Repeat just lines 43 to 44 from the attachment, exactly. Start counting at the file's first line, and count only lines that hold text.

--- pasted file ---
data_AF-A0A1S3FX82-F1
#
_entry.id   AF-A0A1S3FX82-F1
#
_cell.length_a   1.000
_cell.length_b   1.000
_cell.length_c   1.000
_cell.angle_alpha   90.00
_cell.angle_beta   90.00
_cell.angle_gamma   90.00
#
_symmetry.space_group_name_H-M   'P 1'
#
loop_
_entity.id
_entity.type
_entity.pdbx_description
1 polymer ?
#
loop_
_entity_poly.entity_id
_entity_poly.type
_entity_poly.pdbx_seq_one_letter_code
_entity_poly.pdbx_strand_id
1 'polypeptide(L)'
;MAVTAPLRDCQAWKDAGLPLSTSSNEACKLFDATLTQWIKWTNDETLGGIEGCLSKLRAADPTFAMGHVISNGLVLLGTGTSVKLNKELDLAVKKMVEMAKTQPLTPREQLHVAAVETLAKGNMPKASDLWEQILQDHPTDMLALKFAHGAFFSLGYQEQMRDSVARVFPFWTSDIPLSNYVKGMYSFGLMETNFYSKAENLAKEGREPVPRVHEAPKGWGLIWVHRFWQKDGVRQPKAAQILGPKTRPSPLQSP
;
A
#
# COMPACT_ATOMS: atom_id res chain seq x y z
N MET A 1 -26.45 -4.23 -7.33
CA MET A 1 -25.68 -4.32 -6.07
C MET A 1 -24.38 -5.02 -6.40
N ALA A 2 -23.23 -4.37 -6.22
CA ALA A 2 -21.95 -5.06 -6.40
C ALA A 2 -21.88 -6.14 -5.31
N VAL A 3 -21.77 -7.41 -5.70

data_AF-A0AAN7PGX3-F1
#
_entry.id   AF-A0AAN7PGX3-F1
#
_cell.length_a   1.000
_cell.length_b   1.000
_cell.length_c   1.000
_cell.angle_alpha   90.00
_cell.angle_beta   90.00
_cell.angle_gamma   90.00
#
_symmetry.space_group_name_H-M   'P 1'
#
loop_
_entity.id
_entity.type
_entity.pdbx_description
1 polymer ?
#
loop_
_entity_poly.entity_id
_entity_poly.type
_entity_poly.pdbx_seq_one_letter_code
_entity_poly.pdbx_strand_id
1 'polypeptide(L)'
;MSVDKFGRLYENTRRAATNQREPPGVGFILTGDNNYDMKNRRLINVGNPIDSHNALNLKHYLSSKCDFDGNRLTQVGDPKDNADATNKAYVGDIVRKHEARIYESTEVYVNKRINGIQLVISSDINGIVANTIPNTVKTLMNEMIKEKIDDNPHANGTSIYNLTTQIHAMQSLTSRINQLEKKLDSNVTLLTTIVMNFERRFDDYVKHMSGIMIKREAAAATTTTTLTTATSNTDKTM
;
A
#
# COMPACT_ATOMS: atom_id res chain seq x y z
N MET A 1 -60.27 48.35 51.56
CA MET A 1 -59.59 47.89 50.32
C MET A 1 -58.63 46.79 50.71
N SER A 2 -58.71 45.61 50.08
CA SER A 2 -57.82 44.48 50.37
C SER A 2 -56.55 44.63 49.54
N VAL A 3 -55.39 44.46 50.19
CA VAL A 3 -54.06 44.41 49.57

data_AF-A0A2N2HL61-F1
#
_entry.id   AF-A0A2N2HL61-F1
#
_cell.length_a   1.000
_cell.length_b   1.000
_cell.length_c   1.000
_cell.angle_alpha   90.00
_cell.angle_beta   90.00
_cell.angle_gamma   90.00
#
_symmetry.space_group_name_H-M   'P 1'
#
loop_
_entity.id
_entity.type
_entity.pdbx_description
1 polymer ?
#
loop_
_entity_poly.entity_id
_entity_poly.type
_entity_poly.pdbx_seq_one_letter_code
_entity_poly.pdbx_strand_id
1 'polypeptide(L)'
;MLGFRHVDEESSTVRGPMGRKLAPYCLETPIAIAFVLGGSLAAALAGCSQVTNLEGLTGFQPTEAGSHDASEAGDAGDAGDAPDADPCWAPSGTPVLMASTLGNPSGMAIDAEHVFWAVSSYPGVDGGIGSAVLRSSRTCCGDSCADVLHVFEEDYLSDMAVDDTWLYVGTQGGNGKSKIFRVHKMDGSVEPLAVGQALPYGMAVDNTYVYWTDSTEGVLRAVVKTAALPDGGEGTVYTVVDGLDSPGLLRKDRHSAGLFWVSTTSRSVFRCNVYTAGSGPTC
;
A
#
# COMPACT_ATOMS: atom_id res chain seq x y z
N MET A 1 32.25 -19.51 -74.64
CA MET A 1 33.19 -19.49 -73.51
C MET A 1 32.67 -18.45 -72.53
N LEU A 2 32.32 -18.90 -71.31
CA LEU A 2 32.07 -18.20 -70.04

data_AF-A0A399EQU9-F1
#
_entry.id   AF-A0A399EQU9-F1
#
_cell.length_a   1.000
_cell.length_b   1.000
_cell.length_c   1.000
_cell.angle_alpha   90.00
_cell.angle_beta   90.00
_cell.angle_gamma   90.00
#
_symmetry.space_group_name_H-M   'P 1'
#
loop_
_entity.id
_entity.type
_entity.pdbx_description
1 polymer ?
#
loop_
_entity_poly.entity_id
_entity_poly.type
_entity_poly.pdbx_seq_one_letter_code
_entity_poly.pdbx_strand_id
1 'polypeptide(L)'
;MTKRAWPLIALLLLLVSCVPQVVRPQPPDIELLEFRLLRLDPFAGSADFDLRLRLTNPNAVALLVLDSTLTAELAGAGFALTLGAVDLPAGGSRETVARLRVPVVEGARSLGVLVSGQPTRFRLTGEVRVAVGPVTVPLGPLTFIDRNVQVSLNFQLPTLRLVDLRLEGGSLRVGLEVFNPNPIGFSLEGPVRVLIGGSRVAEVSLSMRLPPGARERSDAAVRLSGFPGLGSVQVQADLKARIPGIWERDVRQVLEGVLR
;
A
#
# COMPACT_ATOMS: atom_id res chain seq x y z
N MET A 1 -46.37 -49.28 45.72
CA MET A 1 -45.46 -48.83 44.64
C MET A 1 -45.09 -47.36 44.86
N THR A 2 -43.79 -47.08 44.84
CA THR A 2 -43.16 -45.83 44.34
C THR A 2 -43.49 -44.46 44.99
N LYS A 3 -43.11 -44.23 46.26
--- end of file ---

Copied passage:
_cell.length_b   1.000
_cell.length_c   1.000